A Hindi-Urdu Mushaira that celebrated togetherness

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The Indian Crescent Society of Australia (ICSOA) hosted a joint Hindi-Urdu Mushaira on 6 July at the Berala Community Centre. The theme of the evening was “Haq-o-Aman Saath Saath”.
This theme of togetherness not only celebrated the close bond between the two sister languages Hindi and Urdu, but also highlighted different cultures, ethnicities and ways of living coming together through literature and poetry. Local poets from Sydney were joined by distinguished guest poets from India and Pakistan to present their work based on this theme.

The prestigious evening was graced by the presence of many dignitaries including Mr Manish Gupta, Consul General of India-Sydney, Dr G.K. Harinath, Chair of Multicultural NSW, and Mr S.K. Verma, Head of Consular and Community Welfare Wing from the Consulate General of India. These dignitaries were joined by guest poets Khushbir Singh Shaad, Professor Rais Alvi and Izharul Haq.
Community organisations working to promote both Hindi and Urdu languages came together under one roof for the evening. Members and founders representing Hindi Samaaj, Anjuman Taraqui-e-Urdu, Urdu International, Bazm-e-Urdu, Urdu Society of Australia, ILASA and USL School of NSW were present.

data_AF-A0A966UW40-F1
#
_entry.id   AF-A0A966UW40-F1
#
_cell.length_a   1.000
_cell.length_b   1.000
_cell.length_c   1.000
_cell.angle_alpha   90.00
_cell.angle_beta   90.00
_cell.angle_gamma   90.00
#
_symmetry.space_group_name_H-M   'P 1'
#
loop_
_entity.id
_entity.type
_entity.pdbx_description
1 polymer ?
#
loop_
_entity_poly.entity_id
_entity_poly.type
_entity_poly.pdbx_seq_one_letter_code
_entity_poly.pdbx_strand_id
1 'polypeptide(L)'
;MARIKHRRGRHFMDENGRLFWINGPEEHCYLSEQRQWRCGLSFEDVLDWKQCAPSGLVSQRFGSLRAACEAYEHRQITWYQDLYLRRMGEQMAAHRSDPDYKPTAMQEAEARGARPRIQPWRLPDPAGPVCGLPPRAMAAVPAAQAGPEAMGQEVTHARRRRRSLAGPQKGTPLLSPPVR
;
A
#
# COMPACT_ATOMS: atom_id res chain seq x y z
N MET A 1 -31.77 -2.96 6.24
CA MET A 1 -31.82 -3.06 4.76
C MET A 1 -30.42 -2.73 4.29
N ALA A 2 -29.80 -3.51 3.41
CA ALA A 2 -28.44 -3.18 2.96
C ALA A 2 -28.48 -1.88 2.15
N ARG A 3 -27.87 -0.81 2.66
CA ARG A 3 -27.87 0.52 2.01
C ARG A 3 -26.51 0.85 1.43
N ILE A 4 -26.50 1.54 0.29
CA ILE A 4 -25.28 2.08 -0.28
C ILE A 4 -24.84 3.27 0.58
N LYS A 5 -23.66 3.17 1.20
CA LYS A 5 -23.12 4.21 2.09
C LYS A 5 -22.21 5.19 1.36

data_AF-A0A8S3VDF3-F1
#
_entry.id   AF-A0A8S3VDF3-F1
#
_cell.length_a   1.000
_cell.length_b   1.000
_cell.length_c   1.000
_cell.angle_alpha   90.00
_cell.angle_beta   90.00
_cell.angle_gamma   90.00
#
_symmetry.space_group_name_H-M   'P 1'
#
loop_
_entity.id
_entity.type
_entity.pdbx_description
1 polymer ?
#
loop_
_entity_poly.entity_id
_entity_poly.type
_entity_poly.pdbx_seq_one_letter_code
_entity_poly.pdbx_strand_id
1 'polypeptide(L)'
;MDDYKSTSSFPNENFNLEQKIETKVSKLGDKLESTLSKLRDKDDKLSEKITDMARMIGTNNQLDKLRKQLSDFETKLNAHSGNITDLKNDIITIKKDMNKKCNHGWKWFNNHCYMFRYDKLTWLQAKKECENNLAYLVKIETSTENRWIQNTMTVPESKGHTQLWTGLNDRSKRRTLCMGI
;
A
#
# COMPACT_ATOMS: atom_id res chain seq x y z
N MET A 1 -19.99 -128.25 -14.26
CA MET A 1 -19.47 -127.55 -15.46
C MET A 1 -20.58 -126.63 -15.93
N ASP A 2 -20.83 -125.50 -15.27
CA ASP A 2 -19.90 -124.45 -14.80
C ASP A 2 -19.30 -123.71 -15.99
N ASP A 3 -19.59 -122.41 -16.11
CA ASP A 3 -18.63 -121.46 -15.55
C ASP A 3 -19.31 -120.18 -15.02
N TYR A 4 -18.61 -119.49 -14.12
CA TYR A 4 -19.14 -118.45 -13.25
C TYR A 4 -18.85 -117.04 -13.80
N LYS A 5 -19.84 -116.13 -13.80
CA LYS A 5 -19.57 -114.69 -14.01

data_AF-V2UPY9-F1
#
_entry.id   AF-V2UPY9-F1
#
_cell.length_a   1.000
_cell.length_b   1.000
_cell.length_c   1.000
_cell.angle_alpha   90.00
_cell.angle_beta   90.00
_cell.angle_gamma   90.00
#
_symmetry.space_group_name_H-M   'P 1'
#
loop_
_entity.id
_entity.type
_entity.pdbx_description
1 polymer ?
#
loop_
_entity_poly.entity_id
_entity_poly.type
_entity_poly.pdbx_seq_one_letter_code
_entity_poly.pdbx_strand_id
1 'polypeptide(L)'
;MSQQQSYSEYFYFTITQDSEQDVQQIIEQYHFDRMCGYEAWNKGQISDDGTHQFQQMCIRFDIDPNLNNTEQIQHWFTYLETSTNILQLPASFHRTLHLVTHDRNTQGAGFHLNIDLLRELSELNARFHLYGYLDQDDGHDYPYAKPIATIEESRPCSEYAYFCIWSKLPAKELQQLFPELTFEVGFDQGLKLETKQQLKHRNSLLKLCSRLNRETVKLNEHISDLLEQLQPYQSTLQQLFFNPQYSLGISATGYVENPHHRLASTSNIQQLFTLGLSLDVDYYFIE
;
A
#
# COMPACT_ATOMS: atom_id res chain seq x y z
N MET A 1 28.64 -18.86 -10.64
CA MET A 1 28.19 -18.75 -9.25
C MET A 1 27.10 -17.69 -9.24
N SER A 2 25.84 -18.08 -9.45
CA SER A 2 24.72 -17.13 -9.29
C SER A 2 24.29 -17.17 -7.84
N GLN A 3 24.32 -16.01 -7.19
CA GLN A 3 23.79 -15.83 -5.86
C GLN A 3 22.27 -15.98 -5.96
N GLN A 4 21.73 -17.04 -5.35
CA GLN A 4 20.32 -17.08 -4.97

This was a unique evening, not only in terms of the talent on stage, but also because it showed how different cultures come together through arts and literature. Whether the poets recited their work in Hindi or Urdu, what became apparent quite clearly was that the distinctions and divisions that some have envisioned in language are, in fact, not there at all. The audience was clued into every word that was uttered, be it in Hindi Kavita form or in Urdu Shayari form. The one conversant tongue that brings us all together is the ‘Hindustani’ language, which borrows as much from Hindi, as it does from Urdu. It is neither klisht Hindi, nor khaalis Urdu. The initiative by ICSOA to show this by inviting both Hindi and Urdu poets to present their work on the same platform is commendable in order to bridge these arbitrary differences.
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There were poets from all ages present. A young poet Fiza Fatima recited Faiz’s famous poem Bol, which feels as relevant today as it was back when it was written. The creative ability of different poets to interpret the theme of togetherness in whichever way they saw fit, was on full display. One of the highlights of the evening was Dr Rekha Dwivedi’s interpretation of the theme through her poem Kashmiri Seb. Each poet was given three minutes within which to recite their work.
The evening reached its crescendo once the international guest poets were called upon to recite their work, after the conclusion of the recital from local poets. Khushbir Singh Shaad, Professor Alvi and Izharul Haq sahab, all had the audience in their grip. The audience held on to each word, each ash’aar, each misra they recited to conclude the evening.
It was heartening to witness how arts and literature can be catalysts that bring people together.

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